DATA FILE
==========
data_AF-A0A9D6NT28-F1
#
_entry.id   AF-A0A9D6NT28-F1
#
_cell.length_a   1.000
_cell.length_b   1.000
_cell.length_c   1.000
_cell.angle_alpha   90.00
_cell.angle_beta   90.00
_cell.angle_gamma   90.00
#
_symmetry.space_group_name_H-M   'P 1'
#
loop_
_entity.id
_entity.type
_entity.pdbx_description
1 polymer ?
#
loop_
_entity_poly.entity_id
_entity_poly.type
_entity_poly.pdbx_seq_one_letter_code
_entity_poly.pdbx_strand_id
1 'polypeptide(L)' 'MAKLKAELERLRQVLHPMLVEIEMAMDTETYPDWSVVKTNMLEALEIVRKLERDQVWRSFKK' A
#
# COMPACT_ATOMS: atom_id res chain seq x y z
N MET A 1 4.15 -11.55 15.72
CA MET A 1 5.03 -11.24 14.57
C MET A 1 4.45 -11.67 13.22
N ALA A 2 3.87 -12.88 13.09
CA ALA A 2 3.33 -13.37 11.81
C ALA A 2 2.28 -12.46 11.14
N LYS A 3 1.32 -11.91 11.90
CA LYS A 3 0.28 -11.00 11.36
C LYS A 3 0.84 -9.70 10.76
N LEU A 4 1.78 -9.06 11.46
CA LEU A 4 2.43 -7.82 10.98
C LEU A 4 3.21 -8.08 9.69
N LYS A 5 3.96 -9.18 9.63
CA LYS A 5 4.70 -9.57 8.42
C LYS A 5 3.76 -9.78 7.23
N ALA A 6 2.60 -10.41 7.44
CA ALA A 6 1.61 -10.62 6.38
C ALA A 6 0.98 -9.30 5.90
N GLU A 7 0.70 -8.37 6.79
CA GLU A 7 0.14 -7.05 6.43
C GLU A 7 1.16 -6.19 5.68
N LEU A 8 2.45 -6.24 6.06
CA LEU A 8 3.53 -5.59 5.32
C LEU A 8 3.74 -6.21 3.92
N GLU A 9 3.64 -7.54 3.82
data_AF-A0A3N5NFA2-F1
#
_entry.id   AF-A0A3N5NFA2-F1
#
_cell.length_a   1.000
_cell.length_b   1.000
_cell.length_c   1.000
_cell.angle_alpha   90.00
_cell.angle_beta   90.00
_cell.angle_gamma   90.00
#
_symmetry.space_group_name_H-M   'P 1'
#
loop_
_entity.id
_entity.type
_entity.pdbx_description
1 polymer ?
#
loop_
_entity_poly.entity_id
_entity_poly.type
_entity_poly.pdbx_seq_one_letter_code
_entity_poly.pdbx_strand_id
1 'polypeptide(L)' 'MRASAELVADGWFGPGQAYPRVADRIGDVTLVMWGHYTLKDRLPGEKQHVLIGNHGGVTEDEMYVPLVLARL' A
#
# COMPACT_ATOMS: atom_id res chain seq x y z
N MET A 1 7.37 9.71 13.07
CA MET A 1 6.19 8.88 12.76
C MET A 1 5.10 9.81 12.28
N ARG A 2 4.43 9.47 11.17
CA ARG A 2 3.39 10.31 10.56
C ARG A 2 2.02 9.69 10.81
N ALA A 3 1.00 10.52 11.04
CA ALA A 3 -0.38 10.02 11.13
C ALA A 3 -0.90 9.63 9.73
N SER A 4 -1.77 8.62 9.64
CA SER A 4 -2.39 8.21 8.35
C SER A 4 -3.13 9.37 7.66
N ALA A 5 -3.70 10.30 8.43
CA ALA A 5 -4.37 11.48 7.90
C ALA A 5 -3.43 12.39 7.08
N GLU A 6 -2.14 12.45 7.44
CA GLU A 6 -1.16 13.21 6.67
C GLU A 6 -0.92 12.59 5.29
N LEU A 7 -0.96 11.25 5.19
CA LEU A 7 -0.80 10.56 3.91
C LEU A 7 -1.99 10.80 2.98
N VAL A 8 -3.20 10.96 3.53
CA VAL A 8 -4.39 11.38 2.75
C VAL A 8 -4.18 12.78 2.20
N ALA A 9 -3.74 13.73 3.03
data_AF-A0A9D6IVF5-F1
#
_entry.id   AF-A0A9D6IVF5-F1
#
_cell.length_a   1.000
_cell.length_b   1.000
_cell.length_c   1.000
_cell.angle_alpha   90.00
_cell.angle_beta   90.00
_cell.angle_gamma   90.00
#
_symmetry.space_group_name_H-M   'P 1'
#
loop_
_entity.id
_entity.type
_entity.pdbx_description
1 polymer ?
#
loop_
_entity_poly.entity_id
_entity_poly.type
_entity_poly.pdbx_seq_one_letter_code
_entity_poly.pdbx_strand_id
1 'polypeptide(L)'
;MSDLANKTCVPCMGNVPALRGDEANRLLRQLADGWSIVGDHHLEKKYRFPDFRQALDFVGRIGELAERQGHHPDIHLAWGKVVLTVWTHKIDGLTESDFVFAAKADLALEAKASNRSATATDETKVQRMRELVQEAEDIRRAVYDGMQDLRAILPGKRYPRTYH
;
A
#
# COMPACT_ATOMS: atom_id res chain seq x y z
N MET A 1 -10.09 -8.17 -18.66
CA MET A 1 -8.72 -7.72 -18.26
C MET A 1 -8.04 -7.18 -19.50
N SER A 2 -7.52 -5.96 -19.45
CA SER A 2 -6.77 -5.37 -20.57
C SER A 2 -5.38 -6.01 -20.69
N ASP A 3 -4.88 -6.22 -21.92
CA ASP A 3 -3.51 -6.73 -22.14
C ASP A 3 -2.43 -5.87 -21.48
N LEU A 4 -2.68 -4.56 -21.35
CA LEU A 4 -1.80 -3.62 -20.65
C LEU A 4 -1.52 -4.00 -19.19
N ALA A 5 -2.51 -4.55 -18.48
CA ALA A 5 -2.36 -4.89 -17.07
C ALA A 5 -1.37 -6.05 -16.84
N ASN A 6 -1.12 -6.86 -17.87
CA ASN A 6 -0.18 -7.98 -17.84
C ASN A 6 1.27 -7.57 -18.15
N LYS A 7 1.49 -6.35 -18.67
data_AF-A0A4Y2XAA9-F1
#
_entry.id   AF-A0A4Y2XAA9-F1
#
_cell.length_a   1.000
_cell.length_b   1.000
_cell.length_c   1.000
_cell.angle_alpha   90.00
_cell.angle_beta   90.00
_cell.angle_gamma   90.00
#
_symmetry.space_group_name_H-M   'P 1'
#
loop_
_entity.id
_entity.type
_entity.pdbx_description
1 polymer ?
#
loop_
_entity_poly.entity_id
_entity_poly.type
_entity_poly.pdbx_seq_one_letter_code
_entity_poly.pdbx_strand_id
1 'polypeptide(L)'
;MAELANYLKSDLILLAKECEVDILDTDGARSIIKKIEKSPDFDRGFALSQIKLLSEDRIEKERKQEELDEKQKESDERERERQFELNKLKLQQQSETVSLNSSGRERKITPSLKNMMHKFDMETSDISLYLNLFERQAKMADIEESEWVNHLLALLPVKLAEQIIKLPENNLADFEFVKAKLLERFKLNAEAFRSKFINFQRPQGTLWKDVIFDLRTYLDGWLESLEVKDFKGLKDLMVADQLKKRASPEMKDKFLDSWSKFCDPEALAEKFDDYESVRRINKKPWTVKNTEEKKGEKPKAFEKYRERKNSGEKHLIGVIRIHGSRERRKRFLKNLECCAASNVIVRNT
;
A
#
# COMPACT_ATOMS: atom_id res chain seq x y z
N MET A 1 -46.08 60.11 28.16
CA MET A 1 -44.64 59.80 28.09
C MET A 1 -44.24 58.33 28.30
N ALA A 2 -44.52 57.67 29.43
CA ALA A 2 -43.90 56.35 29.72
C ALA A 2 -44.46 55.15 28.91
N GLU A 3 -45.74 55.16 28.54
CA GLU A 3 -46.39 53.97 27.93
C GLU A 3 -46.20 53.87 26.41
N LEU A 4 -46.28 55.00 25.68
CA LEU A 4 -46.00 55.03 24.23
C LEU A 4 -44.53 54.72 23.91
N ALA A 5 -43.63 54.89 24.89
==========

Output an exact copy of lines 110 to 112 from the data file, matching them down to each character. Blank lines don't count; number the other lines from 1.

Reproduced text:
_cell.length_b   1.000
_cell.length_c   1.000
_cell.angle_alpha   90.00